Greetings kangaroos! I managed to take some grainy, blurry photos last week to show all ya’ll one of my more recent endeavors. Fairly boring stuff, as I’m heavily into making-separates-for-fall-that-I-can-wear-to-work mode. That’s a mode, right? Like, an out of the box, everyone has it mode? Anyway, here it is…

I believe I dubbed this ‘secretary chic’ (right? I’m now using the full-screen drafting editor in WordPress and I’m too lazy to click out of it to see what I typed as the title for this post. Apparently, I need a blog-secretary.) ANYway, I’ve had this fabric for a while now. The skirt is a lightweight glen plaid 100% wool suiting that I got on sale for $3.00 a yard or somewhere in that neighborhood. The shirt is made from poly interlock from Hancock – the stuff that they have in every color and is around $5.00 a yard. I initially bought 3.5 yards, thinking to made another DKNY fake-wrap dress (ummmm Vogue 1027,) I’d STILL like to do that, so hopefully they’ll have more of the stuff in stock so I can replace the 2 yards I used for the shirt. I really, REALLY wanted a hot pink shirt and raided my own well-planned stash. And the title… secretary chic? I sort of thought it as a fun shirt, cute skirt and both Mr. Bug and dear friend tall-Cyle were all like “oooooo… executive lady” when they saw the outfit. I don’t know what the executives look like in their offices, but really? Hot pink shirt = executive?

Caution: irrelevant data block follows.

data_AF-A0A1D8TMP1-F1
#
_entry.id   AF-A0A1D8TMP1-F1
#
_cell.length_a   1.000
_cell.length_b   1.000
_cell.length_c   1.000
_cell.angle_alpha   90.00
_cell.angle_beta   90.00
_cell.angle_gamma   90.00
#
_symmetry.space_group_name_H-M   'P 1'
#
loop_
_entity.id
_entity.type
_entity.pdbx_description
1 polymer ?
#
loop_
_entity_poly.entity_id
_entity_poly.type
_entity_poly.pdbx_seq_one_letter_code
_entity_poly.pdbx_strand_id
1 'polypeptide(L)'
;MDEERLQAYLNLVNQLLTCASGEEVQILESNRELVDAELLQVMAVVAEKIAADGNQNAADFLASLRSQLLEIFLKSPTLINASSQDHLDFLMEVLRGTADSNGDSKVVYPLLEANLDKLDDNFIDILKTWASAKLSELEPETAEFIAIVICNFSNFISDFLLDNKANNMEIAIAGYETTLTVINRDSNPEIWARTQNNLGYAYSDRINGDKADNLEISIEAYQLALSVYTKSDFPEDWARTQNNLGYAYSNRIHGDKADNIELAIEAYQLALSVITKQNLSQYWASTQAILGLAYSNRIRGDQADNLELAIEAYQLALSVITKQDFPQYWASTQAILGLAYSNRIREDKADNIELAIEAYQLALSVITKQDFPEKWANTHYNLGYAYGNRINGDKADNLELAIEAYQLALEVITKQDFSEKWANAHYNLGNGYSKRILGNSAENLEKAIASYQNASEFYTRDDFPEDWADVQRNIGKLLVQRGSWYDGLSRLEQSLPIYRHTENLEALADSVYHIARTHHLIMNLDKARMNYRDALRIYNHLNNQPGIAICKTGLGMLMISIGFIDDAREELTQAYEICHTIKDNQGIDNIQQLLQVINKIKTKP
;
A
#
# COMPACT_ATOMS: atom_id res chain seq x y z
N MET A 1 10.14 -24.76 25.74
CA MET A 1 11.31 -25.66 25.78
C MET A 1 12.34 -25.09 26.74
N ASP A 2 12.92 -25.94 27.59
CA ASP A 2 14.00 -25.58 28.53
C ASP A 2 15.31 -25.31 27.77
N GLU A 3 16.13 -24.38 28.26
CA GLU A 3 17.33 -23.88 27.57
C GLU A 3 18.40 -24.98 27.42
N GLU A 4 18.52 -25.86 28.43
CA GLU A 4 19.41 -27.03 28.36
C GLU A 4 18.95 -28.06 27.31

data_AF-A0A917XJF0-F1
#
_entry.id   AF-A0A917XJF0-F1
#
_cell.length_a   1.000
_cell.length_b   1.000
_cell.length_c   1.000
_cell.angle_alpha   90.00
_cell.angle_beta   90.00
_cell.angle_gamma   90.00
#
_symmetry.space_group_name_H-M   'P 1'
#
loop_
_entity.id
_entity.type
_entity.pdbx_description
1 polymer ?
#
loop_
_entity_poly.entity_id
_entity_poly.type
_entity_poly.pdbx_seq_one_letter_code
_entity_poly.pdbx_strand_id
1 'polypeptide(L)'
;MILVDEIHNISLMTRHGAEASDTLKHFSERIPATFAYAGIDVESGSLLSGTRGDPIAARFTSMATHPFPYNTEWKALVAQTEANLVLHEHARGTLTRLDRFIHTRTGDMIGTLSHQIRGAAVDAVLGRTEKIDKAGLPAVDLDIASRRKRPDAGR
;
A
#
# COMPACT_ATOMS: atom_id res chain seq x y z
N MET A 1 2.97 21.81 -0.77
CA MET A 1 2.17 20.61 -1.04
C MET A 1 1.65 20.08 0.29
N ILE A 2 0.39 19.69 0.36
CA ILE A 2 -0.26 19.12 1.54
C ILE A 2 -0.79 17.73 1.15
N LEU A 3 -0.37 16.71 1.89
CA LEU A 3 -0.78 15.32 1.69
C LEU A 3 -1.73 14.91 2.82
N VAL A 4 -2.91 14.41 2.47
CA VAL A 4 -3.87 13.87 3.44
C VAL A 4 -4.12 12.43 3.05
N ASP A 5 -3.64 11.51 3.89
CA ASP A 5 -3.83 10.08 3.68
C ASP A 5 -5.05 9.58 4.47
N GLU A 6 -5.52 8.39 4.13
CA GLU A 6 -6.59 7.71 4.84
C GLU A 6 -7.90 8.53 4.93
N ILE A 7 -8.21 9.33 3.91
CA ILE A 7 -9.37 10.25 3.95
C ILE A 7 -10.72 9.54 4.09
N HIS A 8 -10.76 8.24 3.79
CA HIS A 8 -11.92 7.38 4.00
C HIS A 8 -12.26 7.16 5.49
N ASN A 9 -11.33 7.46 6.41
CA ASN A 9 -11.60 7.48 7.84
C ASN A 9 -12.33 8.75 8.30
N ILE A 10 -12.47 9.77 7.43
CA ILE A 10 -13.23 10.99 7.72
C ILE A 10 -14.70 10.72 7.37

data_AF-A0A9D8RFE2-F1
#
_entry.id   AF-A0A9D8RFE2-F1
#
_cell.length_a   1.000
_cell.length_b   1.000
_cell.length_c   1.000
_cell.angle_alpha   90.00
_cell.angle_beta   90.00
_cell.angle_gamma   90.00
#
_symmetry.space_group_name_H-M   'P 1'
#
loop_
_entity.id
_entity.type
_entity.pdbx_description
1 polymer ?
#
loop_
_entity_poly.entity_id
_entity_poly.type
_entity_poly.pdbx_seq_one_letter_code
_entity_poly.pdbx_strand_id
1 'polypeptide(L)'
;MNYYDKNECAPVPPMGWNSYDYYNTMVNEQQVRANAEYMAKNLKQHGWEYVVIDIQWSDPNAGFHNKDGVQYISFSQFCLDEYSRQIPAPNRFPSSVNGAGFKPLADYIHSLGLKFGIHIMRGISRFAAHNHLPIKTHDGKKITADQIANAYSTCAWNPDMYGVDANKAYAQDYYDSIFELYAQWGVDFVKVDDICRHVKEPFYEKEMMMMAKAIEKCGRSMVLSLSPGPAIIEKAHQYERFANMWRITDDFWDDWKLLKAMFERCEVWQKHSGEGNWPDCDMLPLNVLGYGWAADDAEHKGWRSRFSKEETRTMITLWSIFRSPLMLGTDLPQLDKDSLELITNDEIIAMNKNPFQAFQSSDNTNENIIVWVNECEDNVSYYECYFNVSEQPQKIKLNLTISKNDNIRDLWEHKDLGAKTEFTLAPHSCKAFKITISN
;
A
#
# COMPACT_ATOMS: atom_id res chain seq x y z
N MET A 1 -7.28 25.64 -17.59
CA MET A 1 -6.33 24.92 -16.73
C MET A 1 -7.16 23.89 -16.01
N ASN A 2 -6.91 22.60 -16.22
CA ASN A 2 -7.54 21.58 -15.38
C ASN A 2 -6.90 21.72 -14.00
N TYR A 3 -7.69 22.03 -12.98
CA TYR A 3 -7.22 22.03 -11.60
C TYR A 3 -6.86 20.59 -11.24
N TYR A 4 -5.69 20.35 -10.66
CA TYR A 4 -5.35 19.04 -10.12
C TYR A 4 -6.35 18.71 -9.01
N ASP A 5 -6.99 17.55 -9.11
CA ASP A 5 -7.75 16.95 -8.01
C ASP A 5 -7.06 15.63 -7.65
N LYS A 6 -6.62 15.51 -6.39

Wait, where was I? Oh, yes. The fabric. Here’s a close up, since glen plaid, like teeny polka dots and pinstripes, looks silly when photographed from any distance…

Do you see why I couldn’t resist? Can you deny that these two fabrics were destined to go together? Like cool ranch doritos and campbell’s chunky split pea soup? Good lord, I love that combination. Isn’t that the worst-sounding mix of over processed food you’ve ever heard? I like the chips sort of crushed up like croutons. I can’t remember the last time I had a snack chip. I’m totally putting this on the grocery list for next week. Of course, it will probably give us cancer if we eat it!!

Until then, let’s get back to the post, shall we? Geeze, try to focus here.

First, the shirt. It’s another version of Butterick 4230, an out of print pattern that is a current favorite.